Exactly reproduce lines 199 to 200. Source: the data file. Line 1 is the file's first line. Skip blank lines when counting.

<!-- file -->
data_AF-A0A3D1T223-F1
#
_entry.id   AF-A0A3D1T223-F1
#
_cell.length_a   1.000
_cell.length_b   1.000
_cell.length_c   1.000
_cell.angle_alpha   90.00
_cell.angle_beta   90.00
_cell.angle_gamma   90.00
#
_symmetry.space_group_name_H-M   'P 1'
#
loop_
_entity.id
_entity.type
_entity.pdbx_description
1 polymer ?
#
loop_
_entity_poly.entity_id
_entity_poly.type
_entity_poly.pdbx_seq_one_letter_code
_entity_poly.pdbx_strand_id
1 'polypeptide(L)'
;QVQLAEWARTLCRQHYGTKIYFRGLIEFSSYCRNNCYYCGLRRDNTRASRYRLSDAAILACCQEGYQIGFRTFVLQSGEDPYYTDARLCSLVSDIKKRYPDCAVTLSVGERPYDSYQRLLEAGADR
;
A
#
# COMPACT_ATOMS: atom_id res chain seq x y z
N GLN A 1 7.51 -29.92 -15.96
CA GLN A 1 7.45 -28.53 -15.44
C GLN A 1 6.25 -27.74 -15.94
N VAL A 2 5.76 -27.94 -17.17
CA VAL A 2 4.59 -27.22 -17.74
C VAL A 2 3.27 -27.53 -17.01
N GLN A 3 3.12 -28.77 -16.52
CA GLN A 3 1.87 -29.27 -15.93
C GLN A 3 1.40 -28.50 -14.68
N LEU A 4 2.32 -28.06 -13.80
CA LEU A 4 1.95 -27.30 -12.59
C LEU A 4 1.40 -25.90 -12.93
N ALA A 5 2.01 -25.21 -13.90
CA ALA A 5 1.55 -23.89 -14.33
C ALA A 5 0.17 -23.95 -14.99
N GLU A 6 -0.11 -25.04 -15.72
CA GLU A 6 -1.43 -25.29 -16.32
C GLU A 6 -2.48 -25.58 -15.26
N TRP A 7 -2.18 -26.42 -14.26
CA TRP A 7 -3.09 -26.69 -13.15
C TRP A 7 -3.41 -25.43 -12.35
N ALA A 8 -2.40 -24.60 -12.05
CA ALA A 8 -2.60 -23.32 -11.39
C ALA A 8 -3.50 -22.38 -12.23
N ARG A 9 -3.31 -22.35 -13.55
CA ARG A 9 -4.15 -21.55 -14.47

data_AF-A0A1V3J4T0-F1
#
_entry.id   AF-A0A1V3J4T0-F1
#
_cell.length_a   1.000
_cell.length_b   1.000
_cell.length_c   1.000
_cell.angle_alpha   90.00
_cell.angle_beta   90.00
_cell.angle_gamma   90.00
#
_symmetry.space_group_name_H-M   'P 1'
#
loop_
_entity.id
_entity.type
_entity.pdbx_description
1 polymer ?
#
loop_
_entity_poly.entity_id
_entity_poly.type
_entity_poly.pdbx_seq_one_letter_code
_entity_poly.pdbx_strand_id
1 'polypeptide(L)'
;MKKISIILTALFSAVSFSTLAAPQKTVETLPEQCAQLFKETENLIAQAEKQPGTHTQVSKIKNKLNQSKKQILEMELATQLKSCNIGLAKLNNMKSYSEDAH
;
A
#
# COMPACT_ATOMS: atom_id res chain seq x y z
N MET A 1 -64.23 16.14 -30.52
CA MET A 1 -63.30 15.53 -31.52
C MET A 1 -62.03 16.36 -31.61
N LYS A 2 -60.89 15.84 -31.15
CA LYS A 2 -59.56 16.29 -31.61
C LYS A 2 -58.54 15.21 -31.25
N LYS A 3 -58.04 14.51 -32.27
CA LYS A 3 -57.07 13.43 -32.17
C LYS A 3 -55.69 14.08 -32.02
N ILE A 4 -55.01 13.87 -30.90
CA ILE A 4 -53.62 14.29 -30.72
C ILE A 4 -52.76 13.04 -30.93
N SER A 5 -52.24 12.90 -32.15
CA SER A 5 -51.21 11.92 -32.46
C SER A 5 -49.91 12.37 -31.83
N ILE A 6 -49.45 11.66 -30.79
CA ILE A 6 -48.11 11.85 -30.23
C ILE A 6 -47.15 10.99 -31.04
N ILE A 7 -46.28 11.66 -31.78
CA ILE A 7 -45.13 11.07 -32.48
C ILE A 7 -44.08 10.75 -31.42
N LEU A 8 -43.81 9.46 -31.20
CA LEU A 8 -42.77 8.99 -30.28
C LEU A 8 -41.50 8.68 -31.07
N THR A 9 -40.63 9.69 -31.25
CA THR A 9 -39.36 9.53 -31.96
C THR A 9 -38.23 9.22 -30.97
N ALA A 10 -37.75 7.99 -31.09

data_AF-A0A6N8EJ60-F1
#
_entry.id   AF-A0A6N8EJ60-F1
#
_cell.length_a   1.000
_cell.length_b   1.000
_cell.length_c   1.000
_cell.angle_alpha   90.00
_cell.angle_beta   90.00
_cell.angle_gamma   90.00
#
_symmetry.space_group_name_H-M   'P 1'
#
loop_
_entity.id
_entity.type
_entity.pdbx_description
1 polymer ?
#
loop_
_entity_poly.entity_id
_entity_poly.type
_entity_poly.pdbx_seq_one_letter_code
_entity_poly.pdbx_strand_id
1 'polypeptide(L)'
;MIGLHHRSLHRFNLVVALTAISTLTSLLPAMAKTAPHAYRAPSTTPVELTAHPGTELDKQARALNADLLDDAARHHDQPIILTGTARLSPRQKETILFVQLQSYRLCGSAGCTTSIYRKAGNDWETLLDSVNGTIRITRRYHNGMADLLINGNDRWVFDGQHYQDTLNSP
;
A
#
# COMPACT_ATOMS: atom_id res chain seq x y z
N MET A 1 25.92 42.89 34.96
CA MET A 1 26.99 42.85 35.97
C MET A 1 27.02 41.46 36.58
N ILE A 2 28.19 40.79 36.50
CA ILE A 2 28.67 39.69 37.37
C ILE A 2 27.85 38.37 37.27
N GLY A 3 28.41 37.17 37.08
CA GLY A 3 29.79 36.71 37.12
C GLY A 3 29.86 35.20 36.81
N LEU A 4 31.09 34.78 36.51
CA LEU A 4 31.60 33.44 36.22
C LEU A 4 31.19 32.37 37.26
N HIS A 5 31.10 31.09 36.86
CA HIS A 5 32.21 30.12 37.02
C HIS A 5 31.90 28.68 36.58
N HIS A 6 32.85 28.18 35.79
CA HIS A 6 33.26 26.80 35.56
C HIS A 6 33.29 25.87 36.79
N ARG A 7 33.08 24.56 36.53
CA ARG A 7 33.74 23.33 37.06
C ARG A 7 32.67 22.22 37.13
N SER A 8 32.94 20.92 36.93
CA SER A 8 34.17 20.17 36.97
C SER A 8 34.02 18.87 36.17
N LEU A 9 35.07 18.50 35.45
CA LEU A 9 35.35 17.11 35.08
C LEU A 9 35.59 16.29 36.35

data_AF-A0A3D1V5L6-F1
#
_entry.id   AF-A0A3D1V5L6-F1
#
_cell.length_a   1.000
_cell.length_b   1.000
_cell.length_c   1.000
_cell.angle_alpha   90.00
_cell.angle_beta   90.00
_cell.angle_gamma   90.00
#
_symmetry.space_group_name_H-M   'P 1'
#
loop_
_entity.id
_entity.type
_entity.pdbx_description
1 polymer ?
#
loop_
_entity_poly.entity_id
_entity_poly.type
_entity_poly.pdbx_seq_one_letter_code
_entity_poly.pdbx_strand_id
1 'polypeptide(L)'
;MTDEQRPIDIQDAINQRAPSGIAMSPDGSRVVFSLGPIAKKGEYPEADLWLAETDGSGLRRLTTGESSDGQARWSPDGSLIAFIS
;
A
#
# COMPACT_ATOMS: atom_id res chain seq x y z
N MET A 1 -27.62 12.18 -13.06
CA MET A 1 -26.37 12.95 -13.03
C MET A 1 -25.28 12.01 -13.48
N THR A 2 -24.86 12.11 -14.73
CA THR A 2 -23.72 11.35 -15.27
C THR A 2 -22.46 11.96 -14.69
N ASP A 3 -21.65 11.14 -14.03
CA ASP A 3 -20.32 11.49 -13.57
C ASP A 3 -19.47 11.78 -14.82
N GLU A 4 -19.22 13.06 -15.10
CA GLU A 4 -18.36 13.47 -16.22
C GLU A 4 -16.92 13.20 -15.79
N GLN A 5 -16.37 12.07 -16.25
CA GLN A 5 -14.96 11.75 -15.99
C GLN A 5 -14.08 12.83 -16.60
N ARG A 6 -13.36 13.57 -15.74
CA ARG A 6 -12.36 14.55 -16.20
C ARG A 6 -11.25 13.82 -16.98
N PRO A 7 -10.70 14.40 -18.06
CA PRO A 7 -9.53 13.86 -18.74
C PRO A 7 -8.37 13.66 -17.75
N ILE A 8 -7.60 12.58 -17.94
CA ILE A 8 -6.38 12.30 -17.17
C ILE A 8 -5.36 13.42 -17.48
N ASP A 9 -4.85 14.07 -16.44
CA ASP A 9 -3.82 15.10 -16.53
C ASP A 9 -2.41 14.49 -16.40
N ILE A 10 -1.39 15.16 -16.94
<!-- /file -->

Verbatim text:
A
#